The Horror of Habit: Why Too Much of a Good Thing Can Seriously Break You

It’s easy to get stuck …

… in your daily routine, in your job, in your relationship.

The explanation for this? … Habit.

My Monday morning habits!

Since starting this blog, I’ve talked a lot about how staying disciplined to good routines can help you create good habits – therefore making the challenging things in life easier.

And if you haven’t guessed yet, my advice for sticking with a good routine is to practice self-care, self-development, and self-discipline, in that order.

(Side note: If you haven’t read my three-part series on self-care, self-development, and self-discipline be sure to check it out by clicking link 1, link 2, and link 3 which will open in a new pages.)

But did you know those three phases occur in a loop?

Let’s call it the “personal-development loop”.

The Personal Development Loop: self care to self development to self discipline.

My goal for you is to make moving through the personal-development loop a continuous habit. However, just like moving through the loop can become a habit, staying in one phase too long can become a habit as well … a bad habit that is.

Now why can habit be a bad thing?

Because it makes you reach for ice cream when you feel sad, and it causes you to change lanes without checking your blind spot. And believe it or not, it can also lead to laziness as an excuse for self-care, unorganized activity as an excuse for self-development, and over-working yourself as an excuse for self-discipline.

And now I’ll admit something embarrassing:

Not too long ago, I realized I was stuck in a bad habit of self-care. I needed to un-f*** … ugh sorry, autocorrect … I meant to say I needed to un-stuck myself.

This all started when I was caught in an equally bad habit of self-discipline. I worked my brains out, and because I stopped moving through the personal-development loop, I burnt out. I sought help and learned how to implement self-care to get back into the swing of things.

So I started practicing gratitude and meditation. I started sleeping-in when I woke up tired after a crappy sleep. And I started drawing when I had spare time after work. I pressed pause on my competitive edge and learned how to take care of myself first.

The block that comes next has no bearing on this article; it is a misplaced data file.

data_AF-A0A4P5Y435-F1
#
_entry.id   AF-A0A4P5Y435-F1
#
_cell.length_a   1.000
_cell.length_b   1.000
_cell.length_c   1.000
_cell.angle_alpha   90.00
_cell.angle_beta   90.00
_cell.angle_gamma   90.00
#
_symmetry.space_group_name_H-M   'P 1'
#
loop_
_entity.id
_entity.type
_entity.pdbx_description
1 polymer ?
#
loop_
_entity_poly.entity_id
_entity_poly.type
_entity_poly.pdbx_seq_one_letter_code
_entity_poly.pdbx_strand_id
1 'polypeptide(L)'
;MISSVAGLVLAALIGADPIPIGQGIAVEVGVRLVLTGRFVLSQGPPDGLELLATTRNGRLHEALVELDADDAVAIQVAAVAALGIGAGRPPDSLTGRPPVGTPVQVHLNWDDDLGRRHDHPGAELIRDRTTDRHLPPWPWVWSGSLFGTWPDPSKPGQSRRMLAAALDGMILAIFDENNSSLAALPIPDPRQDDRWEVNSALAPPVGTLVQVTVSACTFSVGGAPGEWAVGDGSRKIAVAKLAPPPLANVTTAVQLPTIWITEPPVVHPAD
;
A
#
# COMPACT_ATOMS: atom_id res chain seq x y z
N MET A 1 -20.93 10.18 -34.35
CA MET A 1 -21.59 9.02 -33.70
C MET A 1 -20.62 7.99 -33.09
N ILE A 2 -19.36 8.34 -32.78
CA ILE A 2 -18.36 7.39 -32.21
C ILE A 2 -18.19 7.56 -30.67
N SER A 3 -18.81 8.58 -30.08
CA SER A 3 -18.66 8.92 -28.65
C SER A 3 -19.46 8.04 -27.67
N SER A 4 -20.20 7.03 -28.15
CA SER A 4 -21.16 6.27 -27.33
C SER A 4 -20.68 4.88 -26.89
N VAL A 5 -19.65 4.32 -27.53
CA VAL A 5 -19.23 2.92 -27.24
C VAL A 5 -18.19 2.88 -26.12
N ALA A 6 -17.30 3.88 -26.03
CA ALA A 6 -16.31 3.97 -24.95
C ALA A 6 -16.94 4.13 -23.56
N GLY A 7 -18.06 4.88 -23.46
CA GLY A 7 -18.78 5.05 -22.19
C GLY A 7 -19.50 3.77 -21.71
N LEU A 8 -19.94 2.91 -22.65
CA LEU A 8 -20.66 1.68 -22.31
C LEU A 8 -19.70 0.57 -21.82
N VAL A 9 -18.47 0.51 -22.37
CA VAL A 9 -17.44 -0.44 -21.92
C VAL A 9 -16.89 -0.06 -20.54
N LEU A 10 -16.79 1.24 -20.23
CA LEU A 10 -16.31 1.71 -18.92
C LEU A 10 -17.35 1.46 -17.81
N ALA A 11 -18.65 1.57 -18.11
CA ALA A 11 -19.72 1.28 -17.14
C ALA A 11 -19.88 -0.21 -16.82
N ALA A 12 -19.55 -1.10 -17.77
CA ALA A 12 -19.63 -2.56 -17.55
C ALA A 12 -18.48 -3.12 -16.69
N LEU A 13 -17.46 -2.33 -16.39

Here’s where the problem started…

Once I was ready to take the next step in the personal-development loop (i.e. self-development), I couldn’t break my self-care routine. I became too cozy in my self-care lifestyle that I let it turn into a bad habit.

So instead of waking up to my alarm each morning, I started sleeping-in because I thought I was “doing my body good”. And instead of doing my regular high-intensity interval training, I drew pictures because I didn’t want to “over-work” myself. What I was really doing, was justifying laziness by calling it self-care; I got so used to my former self-care lifestyle that I was inhibiting myself from personal development.

Now let’s look a little deeper at how habits form.

I am currently reading a book called The Power of Habit by Charles Duhigg (and I freaking love it). The book explains that habits are formed in a part of the brain called the basal ganglia (see the figure below).

Your brain on habit - the basal ganglia.

The book states, “Habits never really disappear. They’re encoded into the structures of our brain […]. The problem is that your brain can’t tell the difference between bad and good habits […].”

The good news is, “once someone creates a new pattern, studies have demonstrated, going for a job or ignoring the doughnuts becomes as automatic as any other habit” (page 20).

If we want to form good habits, we need to start very clearly laying out our goals. We need to be self-aware and recognize when we are stuck in a bad habit. And to break a bad habit, we need to start implementing new cues.

Want to wake up on time? Write out your daily schedule down to the minute. Want to work-out in the morning? Sleep in your workout clothes. Want to stop with the ice cream? Stock up on frozen fruit.

So don’t fall into the same trap I did. Personal development is a loop and a balancing act. Create good habits, even though it will be hard.

But I promise once you create good habits, your routines will rock and you’ll truly begin to understand the power of habit!

If you want more information on habits, I highly recommend The Power of Habit by Charles Duhigg. Click here to get yourself a copy.

Have a happy and productive Monday! ❤✌

[Like this post? Then don’t forget to follow my blog by typing in your email below. And consider sharing it with your friends and family on social media]

*Disclaimer: Please note that some links may be affiliate links which means I will make a small commission of each purchase. Any commission I make will help me to continue creating free content.